Unboxing Jugaad

Jugaad is a colloquial Hindi and Punjabi word, meaning a low cost solution. It is generally used in India to represent an innovative work-around that subverts tacit rules, a resource used outside of its intended purpose, or a person who troubleshoots. Jugaad is often used to signify creativity in making broken things work or aggregating disparate objects to build a useful contraption. In other words, to Jugaad is to hack.

Hacking of this sort breaks traditional ideas of property and commodification by implicitly emphasizing on expressive qualities of the hack. A recurring form of expression in case of a Jugaad is its utility. Since Jugaad happens in very endemic conditions, they preserve a strong sense of social, cultural, familial and at times, personal context. This renders it as valueless to anyone outside its necessity, hence becoming an expression of the necessity itself.

In A Hacker Manifesto, Wark explains how the degree of dynamism or openness of a state is directly proportional to its capacity to hack. The hack overcomes the distinction between object and subject, the natural and the social, opening a space for free production that is not marked in advance by the properties of commodification.

Very few states can maintain the conditions of liberty in which the hack thrives. This is only worse when the state recognizes the power of the hack. Many countries, such as the US and western Europe have embraced it by containing the hack inside the controlled environment of a production line. Post globalization, as manufacturing grew to be outsourced from other resource, labour abundant, and developing nations like India, Bangladesh and China, developed nations have retained their own system of design, innovation and branding that allows hacking in laboratory conditions with well-defined performance metrics.

In case of Jugaad, the cultural context may be so deeply intertwined with the hack that it is difficult to look at one without the other. Examples of this kind is plentiful — from using old clothes as mops in a desert household, to washing machines as centrifuges to whip up yogurt drinks at a big wedding. Harvard Business Review describes Jugaad as “an antidote to the complexity of India: a country of mind-boggling diversity; pervasive scarcity of all kinds; and exploding interconnectivity”. This diversity arising from the history of the region is often unorganized is perhaps antithetic to the controlled conditions of productive hacking.

Then again, Jugaad happens not only in market streets in a poor vendor’s precarious contraption for a weight balance, but also in resplendent Information Technology parks, in the offices of people managers putting together an analytics team. The virtuality of organizational structures and computer code conserves features of multiplicity while shedding the materiality that Jugaad is associated with. In such an immaterial plane, Jugaad becomes extremely nebulous and easily succumbs to collaboration with a postmodern hacker culture that promotes universal ideas of decentralization and accessibility.

On the surface, a postmodern hacker culture inspired by the likes of Levy may look and feel extremely similar to Jugaad — both stand to focus on the hack and not the hacker. Both also operate with a general disregard for established affordances. But the former propels the idea of hacking with an intensity that turns it from a free-form expression into an engineered response. This helps elevate the hacker from its negative connotations, but into a member of a steadily optimizing system under the pretext of contributing to the greater good. A system in which, when a productive hack is identified and put into practice, surplus accumulates along with territorial power of the most productive region. This builds a symbiotic relationship between the ruling entity and the hacker, each accelerating development of the other.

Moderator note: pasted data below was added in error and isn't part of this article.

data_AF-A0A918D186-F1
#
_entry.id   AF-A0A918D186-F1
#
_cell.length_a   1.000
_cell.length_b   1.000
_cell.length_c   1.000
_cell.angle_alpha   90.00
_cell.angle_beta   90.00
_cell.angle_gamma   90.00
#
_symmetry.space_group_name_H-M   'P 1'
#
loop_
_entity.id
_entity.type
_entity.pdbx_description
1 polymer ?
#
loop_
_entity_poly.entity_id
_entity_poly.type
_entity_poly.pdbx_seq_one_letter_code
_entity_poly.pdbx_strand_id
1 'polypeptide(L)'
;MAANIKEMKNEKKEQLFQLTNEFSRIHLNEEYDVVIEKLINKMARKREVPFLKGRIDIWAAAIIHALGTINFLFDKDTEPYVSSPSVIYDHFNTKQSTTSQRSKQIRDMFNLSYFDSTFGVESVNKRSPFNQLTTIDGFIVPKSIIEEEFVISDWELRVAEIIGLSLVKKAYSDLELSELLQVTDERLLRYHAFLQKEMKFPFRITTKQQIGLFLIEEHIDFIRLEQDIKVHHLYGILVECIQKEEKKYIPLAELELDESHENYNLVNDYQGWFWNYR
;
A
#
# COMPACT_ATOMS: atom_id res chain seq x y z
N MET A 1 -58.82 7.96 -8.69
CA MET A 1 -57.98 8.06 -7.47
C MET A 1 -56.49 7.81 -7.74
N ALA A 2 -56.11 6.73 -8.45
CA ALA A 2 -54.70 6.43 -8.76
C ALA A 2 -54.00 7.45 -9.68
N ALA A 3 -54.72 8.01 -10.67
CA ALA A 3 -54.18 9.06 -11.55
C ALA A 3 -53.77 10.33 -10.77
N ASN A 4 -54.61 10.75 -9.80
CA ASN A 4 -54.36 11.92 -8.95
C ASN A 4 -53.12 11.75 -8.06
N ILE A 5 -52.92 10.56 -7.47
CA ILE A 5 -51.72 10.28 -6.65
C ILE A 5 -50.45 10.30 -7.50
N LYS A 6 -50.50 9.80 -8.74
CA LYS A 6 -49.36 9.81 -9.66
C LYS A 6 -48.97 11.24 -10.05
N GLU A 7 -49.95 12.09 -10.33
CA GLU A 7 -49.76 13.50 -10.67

There is sizeable amount of literature that has sought to document this specific treatment of a hack. In Jugaad Innovation, the authors use a recurring motif “doing more with less” to highlight the potential of accumulating surplus by repurposing existing commodities. The book argues that Jugaad is most relevant to industries, or nations where capital is limited and access to natural resources is constrained — and how hacking the supply chain can produce very different, and profitable results. More articles and essays have appeared in magazines such as Forbes, in favor of creating disruptive business strategies by realizing the inherent property value of the hack.

It is easy to forget that Jugaad sits in between the two kinds of politics that surround the hacking culture. Its primary motivations and constraints are the same as the forces it implicitly works against. The resource scarcity and inequality imposed by a continuously metamorphosing system leads to conscious improvisation within a small circle of needs, which in turn keeps the commodity industry from freeing itself out of necessity. It pulls this off because the solutions born out of it are very local.

Wark emphasizes that wherever hacking has been most at liberty, best resourced and most rapidly adopted, a surplus is released and productivity grows. When hacking is rapidly applied to commodification, all traditional and local fiefdoms and unproductive pockets are liquidated; their resources thrown into larger and larger pools of resources, out of which ever more varied productive possibilities may be further generated. While Jugaad grows only more popular as a new flavour and packaging of such a commodity system, it is worth recalling its emphasis on utility over execution of the hack, and its contextual, endemic and expressive qualities for an upstream swim in the river of homogenization.

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